Healthy options for Indian cuisine
Ella Tan | On 31, Jan 2015
As someone who grew up on home-cooked Indian food, I never questioned whether what I was eating was healthy.
It was only later that I discovered that most people from other cultures avoid Indian cuisine because they consider it fat and calorie-laden. It’s true that Indian curries are made with either cream or ghee and this is rather fattening, but much of every day food at home is perfectly healthy eg thosai, yogurt rice, lentils and vegetable curries.
But eating out especially in fancy restaurants can be a problem because dishes are cooked with generous amounts of butter and ghee. Ghee is essentially clarified butter (unsalted butter is simmered until the water has boiled off, the surface fat is spooned off discarding the milk solids at the bottom). Naturally, eating too much ghee is unhealthy.
As for carbs, you can’t enjoy an Indian meal without rice or flatbreads to mop up creamy gravy, but you can choose the healthier options when you next dine out.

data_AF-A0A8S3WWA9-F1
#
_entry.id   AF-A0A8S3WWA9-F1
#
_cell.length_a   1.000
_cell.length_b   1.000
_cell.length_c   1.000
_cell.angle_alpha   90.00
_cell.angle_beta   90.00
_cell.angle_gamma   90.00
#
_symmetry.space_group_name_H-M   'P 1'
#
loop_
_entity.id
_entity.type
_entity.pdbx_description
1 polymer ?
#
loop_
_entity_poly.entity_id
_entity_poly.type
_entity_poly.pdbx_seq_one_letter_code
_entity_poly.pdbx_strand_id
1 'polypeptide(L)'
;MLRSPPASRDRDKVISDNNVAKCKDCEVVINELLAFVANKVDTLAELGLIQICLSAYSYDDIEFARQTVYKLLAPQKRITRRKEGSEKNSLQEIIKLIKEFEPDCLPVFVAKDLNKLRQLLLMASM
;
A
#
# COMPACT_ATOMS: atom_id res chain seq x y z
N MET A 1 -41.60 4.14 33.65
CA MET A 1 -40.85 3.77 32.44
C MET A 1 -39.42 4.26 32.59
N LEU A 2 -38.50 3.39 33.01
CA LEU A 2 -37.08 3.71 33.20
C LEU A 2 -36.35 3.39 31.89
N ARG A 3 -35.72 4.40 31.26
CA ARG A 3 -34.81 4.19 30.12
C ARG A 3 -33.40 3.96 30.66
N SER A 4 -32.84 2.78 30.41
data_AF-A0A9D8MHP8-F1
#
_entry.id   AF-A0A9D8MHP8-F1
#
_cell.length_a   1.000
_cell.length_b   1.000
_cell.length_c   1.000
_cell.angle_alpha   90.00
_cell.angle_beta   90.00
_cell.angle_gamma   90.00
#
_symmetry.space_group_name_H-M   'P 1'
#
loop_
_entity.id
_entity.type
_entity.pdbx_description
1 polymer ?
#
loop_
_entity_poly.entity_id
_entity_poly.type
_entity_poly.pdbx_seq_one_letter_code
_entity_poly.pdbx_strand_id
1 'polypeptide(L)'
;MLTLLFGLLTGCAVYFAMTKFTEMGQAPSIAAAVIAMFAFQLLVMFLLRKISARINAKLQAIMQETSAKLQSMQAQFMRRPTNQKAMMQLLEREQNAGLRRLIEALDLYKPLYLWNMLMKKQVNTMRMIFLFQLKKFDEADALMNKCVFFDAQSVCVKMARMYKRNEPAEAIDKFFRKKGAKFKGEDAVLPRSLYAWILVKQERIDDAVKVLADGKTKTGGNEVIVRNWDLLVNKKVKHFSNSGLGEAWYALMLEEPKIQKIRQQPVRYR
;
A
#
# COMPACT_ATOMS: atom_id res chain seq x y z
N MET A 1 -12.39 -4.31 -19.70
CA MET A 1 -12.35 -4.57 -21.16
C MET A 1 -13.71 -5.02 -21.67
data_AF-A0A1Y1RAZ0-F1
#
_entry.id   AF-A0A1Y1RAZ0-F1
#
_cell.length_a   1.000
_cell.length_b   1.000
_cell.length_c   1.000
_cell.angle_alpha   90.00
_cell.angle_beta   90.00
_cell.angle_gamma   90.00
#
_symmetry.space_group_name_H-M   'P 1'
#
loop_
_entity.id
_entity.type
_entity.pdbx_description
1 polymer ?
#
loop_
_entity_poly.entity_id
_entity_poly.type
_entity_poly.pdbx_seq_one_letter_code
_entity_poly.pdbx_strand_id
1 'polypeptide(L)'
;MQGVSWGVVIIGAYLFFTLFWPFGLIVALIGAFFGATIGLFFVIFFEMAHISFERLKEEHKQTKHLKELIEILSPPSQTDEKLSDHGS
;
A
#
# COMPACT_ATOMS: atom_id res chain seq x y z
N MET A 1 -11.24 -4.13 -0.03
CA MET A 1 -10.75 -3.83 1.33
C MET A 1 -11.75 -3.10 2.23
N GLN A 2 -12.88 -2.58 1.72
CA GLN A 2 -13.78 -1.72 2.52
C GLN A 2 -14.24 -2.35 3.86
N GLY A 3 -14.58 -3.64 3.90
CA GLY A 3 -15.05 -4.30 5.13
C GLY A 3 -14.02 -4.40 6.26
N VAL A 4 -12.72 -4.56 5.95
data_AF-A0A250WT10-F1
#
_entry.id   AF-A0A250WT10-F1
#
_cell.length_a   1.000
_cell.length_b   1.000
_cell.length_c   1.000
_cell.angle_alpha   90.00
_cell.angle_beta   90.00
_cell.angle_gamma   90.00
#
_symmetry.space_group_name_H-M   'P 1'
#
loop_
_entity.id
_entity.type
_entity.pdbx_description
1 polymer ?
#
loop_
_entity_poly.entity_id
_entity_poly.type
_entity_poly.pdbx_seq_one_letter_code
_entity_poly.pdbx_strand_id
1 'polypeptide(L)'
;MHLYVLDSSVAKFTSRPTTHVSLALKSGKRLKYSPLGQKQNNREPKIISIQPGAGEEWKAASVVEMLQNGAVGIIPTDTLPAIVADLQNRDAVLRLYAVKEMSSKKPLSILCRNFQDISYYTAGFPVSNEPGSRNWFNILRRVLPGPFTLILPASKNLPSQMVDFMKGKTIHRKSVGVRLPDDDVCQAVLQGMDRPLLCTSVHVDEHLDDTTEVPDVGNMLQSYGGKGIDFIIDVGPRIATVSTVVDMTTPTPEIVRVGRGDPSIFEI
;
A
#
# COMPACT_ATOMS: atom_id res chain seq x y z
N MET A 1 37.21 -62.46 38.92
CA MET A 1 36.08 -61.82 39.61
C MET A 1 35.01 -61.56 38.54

- The best choice for breads is chapatti made from wholemeal flour. It is much less greasy than prata, or even naan which is brushed with butter or ghee just before serving.
- If you can’t live without your daily rice fix, ask for half the usual rice portion and fill up on more veggies for added fiber, vitamins and minerals.
- Instead of a meat curry, opt for a dish with paneer (cottage cheese). Delicious and satisfying, you won’t miss meat unless you are thoroughly carnivorous.
- Crisp samosas are irresistible, but like all deep-fried snacks, so unhealthy. Consciously enjoy one or two, and STOP!
- Dessert? Don’t even look at ghee-and sugar rich-sweets like gulab jamun or jalebi. If you must have dessert, have a serving of kulfi (Indian ice cream). Kulfi contains less fat than vanilla ice cream. The most sensible way to finish your meal is with a cup of masala tea, preferably with less sugar. – Evy Thng